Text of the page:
Pakistan says it is reviewing its relations with the United States and NATO in the aftermath of a predawn cross-border airstrike Saturday on two military outposts in the country's northwest which killed at least 26 Pakistani soldiers and wounded 14 others.
Pakistani Prime Minister Yousuf Raza Gilani and top military and government leaders discussed the situation at an emergency meeting late Saturday.
In a formal statement, they said the Pakistani government "will revisit and undertake a complete review of all programs, activities and cooperative arrangements with US/NATO/ISAF, including diplomatic, political, military and intelligence." They called for "strong and urgent action against those responsible for this aggression."
Mr. Gilani said the killings were "an attack on Pakistan's sovereignty," and his army chief of staff, General Ashfaq Parvez Kayani, condemned the attack as "blatant and unacceptable act."
Pakistan shut down all NATO supply lines through its territory to Afghanistan and ordered the United States to vacate an airbase in southwestern Baluchistan province within 15 days. The CIA reportedly uses the Shamsi airbase for covert drone strikes in Pakistan's tribal belt, but the Pakistani military said in June that the United States does not operate out of that base.
The United States says Pakistan's tribal belt is a sanctuary for the Taliban, which has been fighting for 10 years against U.S. troops in Afghanistan. However, official Washington scrambled Saturday to stress how seriously U.S. officials are taking this incident.
The White House said senior U.S. civilian and military officials contacted their Pakistani counterparts "to express our condolences, our desire to work together to determine what took place, and our commitment to the U.S.-Pakistan partnership ... [of] shared interests, including fighting terrorism."
Pentagon chief Leon Panetta and Secretary of State Hillary Clinton issued an unusual joint statement expressing their "deepest condolences" for the incident in Pakistan's border region. They stressed they would would press for an immediate investigation by NATO.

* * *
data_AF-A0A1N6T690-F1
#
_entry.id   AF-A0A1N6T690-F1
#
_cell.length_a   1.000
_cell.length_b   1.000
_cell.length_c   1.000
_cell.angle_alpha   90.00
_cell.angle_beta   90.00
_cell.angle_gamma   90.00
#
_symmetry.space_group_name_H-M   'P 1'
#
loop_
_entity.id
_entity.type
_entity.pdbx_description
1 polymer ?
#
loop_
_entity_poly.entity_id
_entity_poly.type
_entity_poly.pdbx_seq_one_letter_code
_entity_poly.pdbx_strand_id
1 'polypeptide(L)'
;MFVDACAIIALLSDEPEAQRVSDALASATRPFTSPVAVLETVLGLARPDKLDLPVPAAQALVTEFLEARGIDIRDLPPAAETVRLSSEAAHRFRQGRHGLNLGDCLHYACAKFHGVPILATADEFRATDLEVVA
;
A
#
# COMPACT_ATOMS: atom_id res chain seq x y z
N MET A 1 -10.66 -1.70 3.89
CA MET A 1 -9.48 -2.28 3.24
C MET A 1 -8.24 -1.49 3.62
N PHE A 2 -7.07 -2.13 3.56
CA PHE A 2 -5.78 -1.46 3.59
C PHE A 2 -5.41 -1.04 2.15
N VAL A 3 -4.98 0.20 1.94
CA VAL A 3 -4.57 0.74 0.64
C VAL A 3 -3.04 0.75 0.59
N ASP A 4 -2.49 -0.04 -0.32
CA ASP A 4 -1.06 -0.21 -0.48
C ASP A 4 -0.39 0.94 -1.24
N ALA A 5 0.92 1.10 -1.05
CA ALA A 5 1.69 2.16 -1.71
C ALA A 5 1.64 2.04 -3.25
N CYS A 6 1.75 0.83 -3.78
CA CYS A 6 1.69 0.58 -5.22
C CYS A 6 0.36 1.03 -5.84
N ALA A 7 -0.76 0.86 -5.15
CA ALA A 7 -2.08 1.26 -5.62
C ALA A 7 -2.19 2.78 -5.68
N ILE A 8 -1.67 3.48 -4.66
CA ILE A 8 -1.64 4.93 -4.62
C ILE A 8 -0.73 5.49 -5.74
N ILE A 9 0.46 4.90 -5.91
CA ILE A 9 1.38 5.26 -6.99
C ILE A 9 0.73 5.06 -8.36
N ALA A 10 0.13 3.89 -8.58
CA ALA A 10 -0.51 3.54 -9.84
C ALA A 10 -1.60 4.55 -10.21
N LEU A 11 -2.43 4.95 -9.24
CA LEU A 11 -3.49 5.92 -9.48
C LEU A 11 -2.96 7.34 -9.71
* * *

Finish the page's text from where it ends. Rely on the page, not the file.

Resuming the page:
U.S. officials have not given a detailed account of the raid on the Pakistani outposts, nor have they confirmed that Pakistan shut down supply lines to Afghanistan.
NATO said the commander of the International Security Assistance Force in Afghanistan, General John Allen, is personally paying the "highest attention" to the investigation of what happened.
NATO spokesman General Carsten Jacobson said Afghan and coalition forces were operating in the border area of eastern Afghanistan when "a tactical situation" prompted them to call in close air support. He said it was "likely" that coalition airstrikes caused Pakistani casualties.
In Islamabad, U.S. Ambassador Cameron Munter was summoned to the Foreign Ministry to explain the incident. Munter said he promised the U.S. would work closely with Pakistan in any investigation.
Ties between Washington and Islamabad have been unraveling since a covert U.S. commando raid on May 2 killed al-Qaida leader Osama bin Laden, who was hiding for years in the Pakistani garrison town of Abbotabad. Pakistan was outraged it was not informed beforehand and angered by what it saw as a U.S. violation of its sovereignty.
In Washington, the joint Panetta-Clinton statement said the secretary of state, the chairman of the Joint Chiefs of Staff, General Martin Dempsey, and ISAF commander General Allen "each called their Pakistani counterparts...These U.S. diplomatic and military leaders each stressed, in addition to their sympathies and a commitment to review the circumstances of the incident, the importance of the U.S.-Pakistani partnership, which serves the mutual interests of our people."